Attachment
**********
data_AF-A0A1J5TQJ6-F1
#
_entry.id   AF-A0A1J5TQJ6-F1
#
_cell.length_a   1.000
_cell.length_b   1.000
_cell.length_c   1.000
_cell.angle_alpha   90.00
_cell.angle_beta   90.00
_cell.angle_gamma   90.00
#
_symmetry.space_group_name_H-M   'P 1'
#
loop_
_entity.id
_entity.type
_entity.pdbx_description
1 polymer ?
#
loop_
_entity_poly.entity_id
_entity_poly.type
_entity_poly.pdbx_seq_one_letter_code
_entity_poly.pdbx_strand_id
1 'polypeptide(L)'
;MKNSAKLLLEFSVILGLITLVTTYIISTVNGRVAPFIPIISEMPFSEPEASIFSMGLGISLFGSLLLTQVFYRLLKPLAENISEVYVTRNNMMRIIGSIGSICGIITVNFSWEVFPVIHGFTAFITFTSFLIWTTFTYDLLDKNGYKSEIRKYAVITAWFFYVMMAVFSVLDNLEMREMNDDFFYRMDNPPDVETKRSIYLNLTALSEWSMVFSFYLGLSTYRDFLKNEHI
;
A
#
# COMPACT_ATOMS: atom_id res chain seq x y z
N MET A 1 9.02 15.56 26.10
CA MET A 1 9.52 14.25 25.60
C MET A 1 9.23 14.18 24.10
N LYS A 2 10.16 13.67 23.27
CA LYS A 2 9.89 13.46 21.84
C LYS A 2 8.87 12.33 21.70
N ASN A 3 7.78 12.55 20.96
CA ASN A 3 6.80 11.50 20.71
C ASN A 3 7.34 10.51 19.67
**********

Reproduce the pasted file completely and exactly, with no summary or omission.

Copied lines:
data_AF-A0A1J5TQJ6-F1
#
_entry.id   AF-A0A1J5TQJ6-F1
#
_cell.length_a   1.000
_cell.length_b   1.000
_cell.length_c   1.000
_cell.angle_alpha   90.00
_cell.angle_beta   90.00
_cell.angle_gamma   90.00
#
_symmetry.space_group_name_H-M   'P 1'
#
loop_
_entity.id
_entity.type
_entity.pdbx_description
1 polymer ?
#
loop_
_entity_poly.entity_id
_entity_poly.type
_entity_poly.pdbx_seq_one_letter_code
_entity_poly.pdbx_strand_id
1 'polypeptide(L)'
;MKNSAKLLLEFSVILGLITLVTTYIISTVNGRVAPFIPIISEMPFSEPEASIFSMGLGISLFGSLLLTQVFYRLLKPLAENISEVYVTRNNMMRIIGSIGSICGIITVNFSWEVFPVIHGFTAFITFTSFLIWTTFTYDLLDKNGYKSEIRKYAVITAWFFYVMMAVFSVLDNLEMREMNDDFFYRMDNPPDVETKRSIYLNLTALSEWSMVFSFYLGLSTYRDFLKNEHI
;
A
#
# COMPACT_ATOMS: atom_id res chain seq x y z
N MET A 1 9.02 15.56 26.10
CA MET A 1 9.52 14.25 25.60
C MET A 1 9.23 14.18 24.10
N LYS A 2 10.16 13.67 23.27
CA LYS A 2 9.89 13.46 21.84
C LYS A 2 8.87 12.33 21.70
N ASN A 3 7.78 12.55 20.96
CA ASN A 3 6.80 11.50 20.71
C ASN A 3 7.34 10.51 19.67